In Say Her name, Francisco Goldman tells the fictionalized story of his late wife, Aura Estrada, who died suddenly in 2007.
Why did you decide to write your and Aura's story as a novel?
My way of telling the truth was to fictionalize. I would take one sentence from her diaries and create a whole scene around it. I've also worked as a journalist, which for me is about telling the truth, respecting facts, exercising complete integrity. I've never agreed with the idea of making composite characters, or moving events around in time, exaggerating, and still calling it nonfiction. The word novel, though, is capacious; it can be lots of things. Not all the facts are true. I didn't do everything the character does. I didn't quit my job. I didn't live off Aura's savings. There's a Shakespeare quote about how public laments are just shadows of an unseen grief "that swells with silence in the tortured soul." Writing the book certainly worsened my grief at times. It made me miss her so much.
There's a subtle but insistent emphasis on fate throughout the book, from Aura's recitation of Yeats the first night you met, to the painstaking recollection of events that after her death felt doomed or fateful.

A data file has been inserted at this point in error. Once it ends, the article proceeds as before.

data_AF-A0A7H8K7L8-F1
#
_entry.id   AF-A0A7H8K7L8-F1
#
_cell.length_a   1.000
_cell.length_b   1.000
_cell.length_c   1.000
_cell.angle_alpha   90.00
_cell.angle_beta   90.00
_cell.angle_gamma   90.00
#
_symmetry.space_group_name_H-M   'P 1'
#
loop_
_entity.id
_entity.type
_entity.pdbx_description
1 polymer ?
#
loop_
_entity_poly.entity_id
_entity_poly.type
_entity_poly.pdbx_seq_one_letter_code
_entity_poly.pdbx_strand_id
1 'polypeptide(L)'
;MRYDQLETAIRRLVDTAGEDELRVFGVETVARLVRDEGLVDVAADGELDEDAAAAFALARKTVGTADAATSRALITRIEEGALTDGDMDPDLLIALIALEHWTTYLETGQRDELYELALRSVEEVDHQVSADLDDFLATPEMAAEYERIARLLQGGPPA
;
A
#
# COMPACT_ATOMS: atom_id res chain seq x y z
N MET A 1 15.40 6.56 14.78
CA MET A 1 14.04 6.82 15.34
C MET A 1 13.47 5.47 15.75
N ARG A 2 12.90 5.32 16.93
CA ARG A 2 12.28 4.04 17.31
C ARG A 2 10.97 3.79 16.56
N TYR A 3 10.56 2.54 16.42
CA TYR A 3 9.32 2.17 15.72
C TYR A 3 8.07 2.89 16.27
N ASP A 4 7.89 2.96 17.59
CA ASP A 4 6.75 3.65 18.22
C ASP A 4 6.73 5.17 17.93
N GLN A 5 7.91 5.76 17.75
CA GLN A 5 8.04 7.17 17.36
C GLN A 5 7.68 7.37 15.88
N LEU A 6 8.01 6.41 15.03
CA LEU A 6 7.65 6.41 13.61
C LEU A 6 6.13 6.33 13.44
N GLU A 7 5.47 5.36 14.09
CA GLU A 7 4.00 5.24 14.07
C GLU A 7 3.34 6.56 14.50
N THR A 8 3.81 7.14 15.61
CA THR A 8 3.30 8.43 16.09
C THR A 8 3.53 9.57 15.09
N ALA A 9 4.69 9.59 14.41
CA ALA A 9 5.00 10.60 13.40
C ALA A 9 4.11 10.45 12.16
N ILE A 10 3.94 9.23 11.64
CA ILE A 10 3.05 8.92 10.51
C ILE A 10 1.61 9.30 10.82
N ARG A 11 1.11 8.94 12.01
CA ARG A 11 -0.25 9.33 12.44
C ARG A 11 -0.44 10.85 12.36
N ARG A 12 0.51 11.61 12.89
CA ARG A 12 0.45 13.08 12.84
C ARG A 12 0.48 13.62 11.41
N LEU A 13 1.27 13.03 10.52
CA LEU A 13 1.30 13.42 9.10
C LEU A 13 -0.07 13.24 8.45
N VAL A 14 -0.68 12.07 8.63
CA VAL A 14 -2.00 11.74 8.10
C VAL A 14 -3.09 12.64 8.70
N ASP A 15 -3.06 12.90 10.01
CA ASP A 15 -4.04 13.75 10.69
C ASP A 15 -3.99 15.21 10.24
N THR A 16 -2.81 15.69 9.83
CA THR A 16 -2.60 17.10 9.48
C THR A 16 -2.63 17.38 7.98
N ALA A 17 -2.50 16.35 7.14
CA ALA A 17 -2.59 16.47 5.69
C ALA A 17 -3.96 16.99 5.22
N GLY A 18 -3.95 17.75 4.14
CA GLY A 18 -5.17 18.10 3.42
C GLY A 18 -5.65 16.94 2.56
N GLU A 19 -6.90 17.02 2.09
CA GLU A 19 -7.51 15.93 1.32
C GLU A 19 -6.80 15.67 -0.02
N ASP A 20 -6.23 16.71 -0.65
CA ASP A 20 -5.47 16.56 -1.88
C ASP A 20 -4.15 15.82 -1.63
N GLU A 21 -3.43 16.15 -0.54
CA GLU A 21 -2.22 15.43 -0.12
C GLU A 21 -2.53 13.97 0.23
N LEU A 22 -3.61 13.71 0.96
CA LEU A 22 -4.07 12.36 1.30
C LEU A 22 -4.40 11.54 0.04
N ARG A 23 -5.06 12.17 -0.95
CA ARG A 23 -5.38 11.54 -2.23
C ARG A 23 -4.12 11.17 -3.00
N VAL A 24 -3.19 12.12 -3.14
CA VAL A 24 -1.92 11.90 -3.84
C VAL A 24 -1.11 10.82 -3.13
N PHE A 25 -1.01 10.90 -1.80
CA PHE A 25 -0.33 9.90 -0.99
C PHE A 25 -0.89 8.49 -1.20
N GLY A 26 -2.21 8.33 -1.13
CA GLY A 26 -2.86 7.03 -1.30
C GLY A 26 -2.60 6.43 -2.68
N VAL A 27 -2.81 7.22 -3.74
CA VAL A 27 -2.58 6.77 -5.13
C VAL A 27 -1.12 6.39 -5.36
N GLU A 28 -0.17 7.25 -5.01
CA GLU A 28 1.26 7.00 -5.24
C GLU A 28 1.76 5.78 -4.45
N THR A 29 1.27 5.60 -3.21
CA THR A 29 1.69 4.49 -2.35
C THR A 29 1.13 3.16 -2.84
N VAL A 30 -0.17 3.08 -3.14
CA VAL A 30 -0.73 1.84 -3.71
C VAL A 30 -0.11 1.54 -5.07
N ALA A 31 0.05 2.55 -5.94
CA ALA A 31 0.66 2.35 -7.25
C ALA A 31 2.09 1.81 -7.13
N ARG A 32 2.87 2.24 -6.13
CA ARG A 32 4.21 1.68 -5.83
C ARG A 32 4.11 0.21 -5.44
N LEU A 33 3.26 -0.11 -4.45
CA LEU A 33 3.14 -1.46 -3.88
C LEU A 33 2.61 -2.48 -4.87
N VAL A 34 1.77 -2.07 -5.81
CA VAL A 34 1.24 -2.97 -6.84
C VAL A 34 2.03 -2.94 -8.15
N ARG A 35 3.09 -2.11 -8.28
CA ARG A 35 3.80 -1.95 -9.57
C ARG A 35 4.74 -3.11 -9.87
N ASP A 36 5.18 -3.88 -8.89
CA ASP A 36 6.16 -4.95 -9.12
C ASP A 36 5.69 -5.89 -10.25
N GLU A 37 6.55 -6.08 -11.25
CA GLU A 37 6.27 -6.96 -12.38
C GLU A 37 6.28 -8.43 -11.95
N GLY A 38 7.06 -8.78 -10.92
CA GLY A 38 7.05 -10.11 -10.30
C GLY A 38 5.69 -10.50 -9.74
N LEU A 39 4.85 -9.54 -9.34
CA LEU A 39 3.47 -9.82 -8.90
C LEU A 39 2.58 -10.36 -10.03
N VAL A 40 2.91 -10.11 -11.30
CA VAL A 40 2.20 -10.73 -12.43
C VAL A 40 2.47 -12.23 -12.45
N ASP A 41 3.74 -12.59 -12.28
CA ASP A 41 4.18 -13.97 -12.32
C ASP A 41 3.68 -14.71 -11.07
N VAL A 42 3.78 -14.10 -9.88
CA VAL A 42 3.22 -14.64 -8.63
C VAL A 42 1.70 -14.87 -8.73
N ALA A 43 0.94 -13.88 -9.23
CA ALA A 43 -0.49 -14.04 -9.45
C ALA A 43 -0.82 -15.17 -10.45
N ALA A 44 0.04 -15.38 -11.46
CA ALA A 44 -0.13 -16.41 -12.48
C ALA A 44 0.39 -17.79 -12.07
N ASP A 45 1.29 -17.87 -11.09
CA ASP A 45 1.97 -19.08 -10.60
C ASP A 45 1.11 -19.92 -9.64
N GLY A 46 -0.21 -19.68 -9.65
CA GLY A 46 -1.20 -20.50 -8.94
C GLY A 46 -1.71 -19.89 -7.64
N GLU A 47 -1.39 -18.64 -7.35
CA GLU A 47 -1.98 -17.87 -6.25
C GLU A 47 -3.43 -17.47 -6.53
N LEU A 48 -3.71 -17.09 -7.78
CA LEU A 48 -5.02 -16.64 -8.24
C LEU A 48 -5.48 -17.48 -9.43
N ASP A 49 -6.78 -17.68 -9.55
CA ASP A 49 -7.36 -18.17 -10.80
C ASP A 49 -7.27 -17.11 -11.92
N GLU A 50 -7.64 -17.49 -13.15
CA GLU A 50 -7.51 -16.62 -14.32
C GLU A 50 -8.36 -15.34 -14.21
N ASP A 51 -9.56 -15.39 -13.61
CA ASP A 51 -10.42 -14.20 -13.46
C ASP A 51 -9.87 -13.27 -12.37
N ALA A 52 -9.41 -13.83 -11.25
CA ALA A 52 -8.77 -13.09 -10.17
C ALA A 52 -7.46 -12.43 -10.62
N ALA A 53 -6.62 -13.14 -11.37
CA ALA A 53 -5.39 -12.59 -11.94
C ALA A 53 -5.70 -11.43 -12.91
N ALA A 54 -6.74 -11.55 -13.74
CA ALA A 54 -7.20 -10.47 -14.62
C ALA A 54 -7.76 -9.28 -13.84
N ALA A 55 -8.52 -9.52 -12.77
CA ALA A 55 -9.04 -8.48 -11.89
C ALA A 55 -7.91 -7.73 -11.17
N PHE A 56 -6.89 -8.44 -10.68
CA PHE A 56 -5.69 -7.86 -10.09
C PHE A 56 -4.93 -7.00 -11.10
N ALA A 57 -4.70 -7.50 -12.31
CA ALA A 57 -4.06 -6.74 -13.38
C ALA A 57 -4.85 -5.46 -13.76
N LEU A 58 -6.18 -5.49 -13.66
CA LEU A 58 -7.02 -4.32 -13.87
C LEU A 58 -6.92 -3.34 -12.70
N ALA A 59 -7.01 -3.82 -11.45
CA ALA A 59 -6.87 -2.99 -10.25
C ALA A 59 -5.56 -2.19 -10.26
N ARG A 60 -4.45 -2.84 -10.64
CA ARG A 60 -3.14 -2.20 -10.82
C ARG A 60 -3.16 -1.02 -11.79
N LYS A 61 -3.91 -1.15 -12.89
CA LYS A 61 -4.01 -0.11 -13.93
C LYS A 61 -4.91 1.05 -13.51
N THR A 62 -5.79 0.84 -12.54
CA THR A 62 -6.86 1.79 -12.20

I was always aware that I was doing what I do as a novelist, constructing this parallel universe that tries to seek meaning in the way only art can. Novels are about the search for the right form, or shape, the right way to tell something. In a novel, I want to create a world that people will utterly believe. Roberto Bolaño wanted to be a detective; I'd like to be a prosecutor. In this novel, I prosecute myself.
Your role as prosecutor is evident in the book's attention to detail; Aura's death isn't described until near the end, in which you describe every detail of that day.
Recounting that was horrible. When I sat down to write it, I had a knot in my stomach, I was crying, I thought, "I can't do this anymore." A voice inside me told me if I didn't finish it then, I never would. So I wrote the full account of that day. I finished it at about two in the morning, put my work down, and didn't touch it again for months.
What was it like to pick the book up again and write the ending?
The ending is so important because a big part of writing this book was about playing with Aura's imagination. Our imaginations were always playing off one another. The original plan was that, in the ending, my book would merge with her book, the novel she was writing when she died. And I think that is sort of what happened here. She was so gifted. She was going to be a star. One of her stories was published in Harper's magazine after she died. The editor there wrote to me and said, "Please send more, this is just the type of young writer we're looking for."